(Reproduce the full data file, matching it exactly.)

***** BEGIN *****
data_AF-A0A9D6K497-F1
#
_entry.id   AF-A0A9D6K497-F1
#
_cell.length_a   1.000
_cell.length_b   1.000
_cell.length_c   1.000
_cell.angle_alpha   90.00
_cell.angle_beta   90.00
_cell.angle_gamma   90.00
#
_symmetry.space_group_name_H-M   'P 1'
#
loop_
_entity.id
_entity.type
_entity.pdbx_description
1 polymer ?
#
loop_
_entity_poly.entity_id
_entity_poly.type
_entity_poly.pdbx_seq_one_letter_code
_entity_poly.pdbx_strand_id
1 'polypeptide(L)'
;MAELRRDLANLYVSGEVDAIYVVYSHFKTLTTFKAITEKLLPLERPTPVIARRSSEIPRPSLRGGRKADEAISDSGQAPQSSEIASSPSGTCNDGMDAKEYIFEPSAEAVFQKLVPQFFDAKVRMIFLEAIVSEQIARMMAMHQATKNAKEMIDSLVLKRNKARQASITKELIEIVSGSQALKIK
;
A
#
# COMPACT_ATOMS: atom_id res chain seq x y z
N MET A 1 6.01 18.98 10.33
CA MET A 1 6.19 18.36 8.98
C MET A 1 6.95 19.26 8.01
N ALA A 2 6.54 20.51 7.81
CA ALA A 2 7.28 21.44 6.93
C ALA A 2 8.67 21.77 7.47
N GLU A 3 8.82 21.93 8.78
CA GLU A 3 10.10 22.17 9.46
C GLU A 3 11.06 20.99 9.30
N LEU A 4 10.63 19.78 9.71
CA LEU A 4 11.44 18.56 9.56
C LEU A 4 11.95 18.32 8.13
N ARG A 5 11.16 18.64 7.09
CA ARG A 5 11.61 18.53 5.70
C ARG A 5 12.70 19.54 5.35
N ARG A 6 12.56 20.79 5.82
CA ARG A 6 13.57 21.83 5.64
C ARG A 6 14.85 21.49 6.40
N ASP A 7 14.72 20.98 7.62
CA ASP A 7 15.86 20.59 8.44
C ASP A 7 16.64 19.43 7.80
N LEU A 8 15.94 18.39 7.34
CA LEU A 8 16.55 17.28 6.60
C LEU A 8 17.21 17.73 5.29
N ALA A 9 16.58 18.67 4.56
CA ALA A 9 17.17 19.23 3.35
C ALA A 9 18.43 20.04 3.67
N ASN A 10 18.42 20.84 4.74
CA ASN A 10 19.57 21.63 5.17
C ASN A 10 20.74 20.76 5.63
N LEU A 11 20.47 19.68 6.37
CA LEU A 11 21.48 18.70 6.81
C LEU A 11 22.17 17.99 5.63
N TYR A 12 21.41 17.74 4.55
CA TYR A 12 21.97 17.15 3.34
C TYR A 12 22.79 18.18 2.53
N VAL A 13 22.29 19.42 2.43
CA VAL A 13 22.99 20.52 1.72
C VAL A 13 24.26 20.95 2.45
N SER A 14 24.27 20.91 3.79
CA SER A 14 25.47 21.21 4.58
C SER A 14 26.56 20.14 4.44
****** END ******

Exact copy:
data_AF-A0A9D6K497-F1
#
_entry.id   AF-A0A9D6K497-F1
#
_cell.length_a   1.000
_cell.length_b   1.000
_cell.length_c   1.000
_cell.angle_alpha   90.00
_cell.angle_beta   90.00
_cell.angle_gamma   90.00
#
_symmetry.space_group_name_H-M   'P 1'
#
loop_
_entity.id
_entity.type
_entity.pdbx_description
1 polymer ?
#
loop_
_entity_poly.entity_id
_entity_poly.type
_entity_poly.pdbx_seq_one_letter_code
_entity_poly.pdbx_strand_id
1 'polypeptide(L)'
;MAELRRDLANLYVSGEVDAIYVVYSHFKTLTTFKAITEKLLPLERPTPVIARRSSEIPRPSLRGGRKADEAISDSGQAPQSSEIASSPSGTCNDGMDAKEYIFEPSAEAVFQKLVPQFFDAKVRMIFLEAIVSEQIARMMAMHQATKNAKEMIDSLVLKRNKARQASITKELIEIVSGSQALKIK
;
A
#
# COMPACT_ATOMS: atom_id res chain seq x y z
N MET A 1 6.01 18.98 10.33
CA MET A 1 6.19 18.36 8.98
C MET A 1 6.95 19.26 8.01
N ALA A 2 6.54 20.51 7.81
CA ALA A 2 7.28 21.44 6.93
C ALA A 2 8.67 21.77 7.47
N GLU A 3 8.82 21.93 8.78
CA GLU A 3 10.10 22.17 9.46
C GLU A 3 11.06 20.99 9.30
N LEU A 4 10.63 19.78 9.71
CA LEU A 4 11.44 18.56 9.56
C LEU A 4 11.95 18.32 8.13
N ARG A 5 11.16 18.64 7.09
CA ARG A 5 11.61 18.53 5.70
C ARG A 5 12.70 19.54 5.35
N ARG A 6 12.56 20.79 5.82
CA ARG A 6 13.57 21.83 5.64
C ARG A 6 14.85 21.49 6.40
N ASP A 7 14.72 20.98 7.62
CA ASP A 7 15.86 20.59 8.44
C ASP A 7 16.64 19.43 7.80
N LEU A 8 15.94 18.39 7.34
CA LEU A 8 16.55 17.28 6.60
C LEU A 8 17.21 17.73 5.29
N ALA A 9 16.58 18.67 4.56
CA ALA A 9 17.17 19.23 3.35
C ALA A 9 18.43 20.04 3.67
N ASN A 10 18.42 20.84 4.74
CA ASN A 10 19.57 21.63 5.17
C ASN A 10 20.74 20.76 5.63
N LEU A 11 20.47 19.68 6.37
CA LEU A 11 21.48 18.70 6.81
C LEU A 11 22.17 17.99 5.63
N TYR A 12 21.41 17.74 4.55
CA TYR A 12 21.97 17.15 3.34
C TYR A 12 22.79 18.18 2.53
N VAL A 13 22.29 19.42 2.43
CA VAL A 13 22.99 20.52 1.72
C VAL A 13 24.26 20.95 2.45
N SER A 14 24.27 20.91 3.79
CA SER A 14 25.47 21.21 4.58
C SER A 14 26.56 20.14 4.44